Keating said that these results suggest that if the sample sizes are large enough, genotyping arrays with SNP content of less than 5 percent frequency in the population have the ability to capture new disease- and trait-associated variants that common SNP arrays have missed. These low-frequency variants also confer greater effect sizes in this study and may be a lot closer to disease causality.
"Meta-Analysis of Dense Genecentric Association Studies Reveals Common and Uncommon Variants Associated with Height," American Journal of Human Genetics, published online Dec. 30, 2010, to publish in January 2011 print edition. doi: 10.1016/j.ajhg.2010.11.007
About The Children's Hospital of Philadelphia: The Children's Hospital of Philadelphia was founded in 1855 as the nation's first pediatric hospital. Through its long-standing commitment to providing exceptional patient care, training new generations of pediatric healthcare professionals and pioneering major research initiatives, Children's Hospital has fostered many discoveries that have benefited children worldwide. Its pediatric research program is among the largest in the country, ranking third in National Institutes of Health funding. In addition, its unique family-centered care and public service programs have brought the 460-bed hospital recognition as a leading advocate for children and adolescents. For more information, visit http://www.chop.edu.
John Ascenzi | EurekAlert!
Nanoparticle Exposure Can Awaken Dormant Viruses in the Lungs
16.01.2017 | Helmholtz Zentrum München - Deutsches Forschungszentrum für Gesundheit und Umwelt
Cholera bacteria infect more effectively with a simple twist of shape
13.01.2017 | Princeton University
Laser-driving of semimetals allows creating novel quasiparticle states within condensed matter systems and switching between different states on ultrafast time scales
Studying properties of fundamental particles in condensed matter systems is a promising approach to quantum field theory. Quasiparticles offer the opportunity...
Among the general public, solar thermal energy is currently associated with dark blue, rectangular collectors on building roofs. Technologies are needed for aesthetically high quality architecture which offer the architect more room for manoeuvre when it comes to low- and plus-energy buildings. With the “ArKol” project, researchers at Fraunhofer ISE together with partners are currently developing two façade collectors for solar thermal energy generation, which permit a high degree of design flexibility: a strip collector for opaque façade sections and a solar thermal blind for transparent sections. The current state of the two developments will be presented at the BAU 2017 trade fair.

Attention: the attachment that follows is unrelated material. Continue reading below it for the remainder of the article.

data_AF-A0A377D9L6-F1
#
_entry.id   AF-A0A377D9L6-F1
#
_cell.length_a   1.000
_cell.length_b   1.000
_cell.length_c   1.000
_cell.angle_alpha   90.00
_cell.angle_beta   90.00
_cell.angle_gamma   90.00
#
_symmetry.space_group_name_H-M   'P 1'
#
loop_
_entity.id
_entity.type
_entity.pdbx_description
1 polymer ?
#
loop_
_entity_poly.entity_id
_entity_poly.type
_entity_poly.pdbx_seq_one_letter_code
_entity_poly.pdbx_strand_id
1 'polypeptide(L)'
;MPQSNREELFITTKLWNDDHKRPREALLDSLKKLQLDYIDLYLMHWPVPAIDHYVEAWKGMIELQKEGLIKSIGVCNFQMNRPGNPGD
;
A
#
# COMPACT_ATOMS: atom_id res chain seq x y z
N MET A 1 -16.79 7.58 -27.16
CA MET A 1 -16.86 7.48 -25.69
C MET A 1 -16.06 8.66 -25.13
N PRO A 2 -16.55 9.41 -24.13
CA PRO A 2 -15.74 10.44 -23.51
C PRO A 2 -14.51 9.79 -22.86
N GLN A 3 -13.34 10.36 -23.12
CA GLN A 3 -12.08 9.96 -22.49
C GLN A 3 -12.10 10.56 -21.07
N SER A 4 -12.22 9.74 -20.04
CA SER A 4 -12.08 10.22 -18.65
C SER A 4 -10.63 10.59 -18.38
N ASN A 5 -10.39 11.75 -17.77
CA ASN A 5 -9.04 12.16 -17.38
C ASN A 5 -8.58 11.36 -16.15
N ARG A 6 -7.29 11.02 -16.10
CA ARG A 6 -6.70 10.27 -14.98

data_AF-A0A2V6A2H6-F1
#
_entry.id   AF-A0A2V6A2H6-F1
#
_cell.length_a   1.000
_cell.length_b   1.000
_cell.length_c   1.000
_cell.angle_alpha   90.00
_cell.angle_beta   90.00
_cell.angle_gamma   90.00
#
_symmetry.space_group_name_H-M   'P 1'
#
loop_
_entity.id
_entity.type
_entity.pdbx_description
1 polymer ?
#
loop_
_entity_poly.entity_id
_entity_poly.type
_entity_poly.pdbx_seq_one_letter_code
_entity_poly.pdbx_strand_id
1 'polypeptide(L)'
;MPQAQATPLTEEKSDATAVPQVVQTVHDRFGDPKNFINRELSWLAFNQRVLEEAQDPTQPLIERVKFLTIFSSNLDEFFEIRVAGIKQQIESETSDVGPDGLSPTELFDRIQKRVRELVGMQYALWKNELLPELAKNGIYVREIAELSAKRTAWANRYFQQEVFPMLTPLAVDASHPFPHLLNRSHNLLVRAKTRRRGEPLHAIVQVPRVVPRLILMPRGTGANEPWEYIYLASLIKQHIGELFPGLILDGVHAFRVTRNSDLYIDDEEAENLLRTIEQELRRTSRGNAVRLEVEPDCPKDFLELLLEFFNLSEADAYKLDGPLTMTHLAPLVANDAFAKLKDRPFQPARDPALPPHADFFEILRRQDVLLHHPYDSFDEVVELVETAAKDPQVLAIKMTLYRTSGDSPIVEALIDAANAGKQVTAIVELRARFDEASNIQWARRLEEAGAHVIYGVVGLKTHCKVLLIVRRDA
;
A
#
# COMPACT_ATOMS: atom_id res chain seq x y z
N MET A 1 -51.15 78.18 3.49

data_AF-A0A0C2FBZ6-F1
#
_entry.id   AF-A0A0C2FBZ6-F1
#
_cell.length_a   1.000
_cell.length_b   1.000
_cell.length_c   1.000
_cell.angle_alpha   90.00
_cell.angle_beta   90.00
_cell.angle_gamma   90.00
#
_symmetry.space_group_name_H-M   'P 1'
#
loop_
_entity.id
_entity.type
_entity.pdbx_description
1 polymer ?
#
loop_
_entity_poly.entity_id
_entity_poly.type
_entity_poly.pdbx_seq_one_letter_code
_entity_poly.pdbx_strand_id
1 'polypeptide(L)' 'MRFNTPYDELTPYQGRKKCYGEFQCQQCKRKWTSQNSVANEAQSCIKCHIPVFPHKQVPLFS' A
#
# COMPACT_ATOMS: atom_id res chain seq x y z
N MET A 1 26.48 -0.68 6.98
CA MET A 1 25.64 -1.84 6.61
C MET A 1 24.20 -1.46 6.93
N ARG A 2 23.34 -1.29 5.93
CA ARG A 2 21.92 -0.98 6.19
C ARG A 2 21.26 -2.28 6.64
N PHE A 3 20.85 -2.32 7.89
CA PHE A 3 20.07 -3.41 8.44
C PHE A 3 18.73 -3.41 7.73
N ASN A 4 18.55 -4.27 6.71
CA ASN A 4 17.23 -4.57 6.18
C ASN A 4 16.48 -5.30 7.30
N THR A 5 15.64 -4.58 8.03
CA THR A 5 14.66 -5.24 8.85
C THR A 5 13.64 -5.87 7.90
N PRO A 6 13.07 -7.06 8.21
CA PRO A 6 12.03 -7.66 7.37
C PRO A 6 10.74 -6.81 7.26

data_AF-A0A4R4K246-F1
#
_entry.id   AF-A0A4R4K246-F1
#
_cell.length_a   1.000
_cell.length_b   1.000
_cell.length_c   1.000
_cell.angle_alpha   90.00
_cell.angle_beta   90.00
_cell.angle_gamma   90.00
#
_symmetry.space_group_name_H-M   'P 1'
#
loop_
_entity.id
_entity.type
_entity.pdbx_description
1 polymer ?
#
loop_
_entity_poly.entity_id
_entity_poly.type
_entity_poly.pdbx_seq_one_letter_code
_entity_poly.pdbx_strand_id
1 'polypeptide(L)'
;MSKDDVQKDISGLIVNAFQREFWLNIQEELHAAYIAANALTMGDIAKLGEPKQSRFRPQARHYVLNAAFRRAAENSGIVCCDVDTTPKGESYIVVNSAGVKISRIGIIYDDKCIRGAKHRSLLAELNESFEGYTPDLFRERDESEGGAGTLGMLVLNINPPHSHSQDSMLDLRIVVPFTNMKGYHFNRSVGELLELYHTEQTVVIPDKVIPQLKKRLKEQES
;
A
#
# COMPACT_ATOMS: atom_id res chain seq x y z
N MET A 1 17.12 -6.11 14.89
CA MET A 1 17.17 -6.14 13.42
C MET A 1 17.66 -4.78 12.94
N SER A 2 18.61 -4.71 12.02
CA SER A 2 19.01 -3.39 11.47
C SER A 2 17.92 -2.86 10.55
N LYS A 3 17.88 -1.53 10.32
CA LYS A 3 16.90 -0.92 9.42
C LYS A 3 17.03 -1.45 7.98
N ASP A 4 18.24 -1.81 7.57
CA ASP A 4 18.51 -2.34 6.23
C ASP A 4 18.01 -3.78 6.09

As part of the “ArKol – development of architecturally highly integrated façade collectors with heat pipes” project, Fraunhofer ISE together with its partners...
At TU Wien, an alternative for resource intensive formwork for the construction of concrete domes was developed. It is now used in a test dome for the Austrian Federal Railways Infrastructure (ÖBB Infrastruktur).
Concrete shells are efficient structures, but not very resource efficient. The formwork for the construction of concrete domes alone requires a high amount of...
Many pathogens use certain sugar compounds from their host to help conceal themselves against the immune system. Scientists at the University of Bonn have now, in cooperation with researchers at the University of York in the United Kingdom, analyzed the dynamics of a bacterial molecule that is involved in this process. They demonstrate that the protein grabs onto the sugar molecule with a Pac Man-like chewing motion and holds it until it can be used. Their results could help design therapeutics that could make the protein poorer at grabbing and holding and hence compromise the pathogen in the host. The study has now been published in “Biophysical Journal”.
The cells of the mouth, nose and intestinal mucosa produce large quantities of a chemical called sialic acid. Many bacteria possess a special transport system...
UMD, NOAA collaboration demonstrates suitability of in-orbit datasets for weather satellite calibration
"Traffic and weather, together on the hour!" blasts your local radio station, while your smartphone knows the weather halfway across the world. A network of...
10.01.2017 | Event News
09.01.2017 | Event News
05.01.2017 | Event News
17.01.2017 | Machine Engineering
17.01.2017 | Physics and Astronomy
16.01.2017 | Power and Electrical Engineering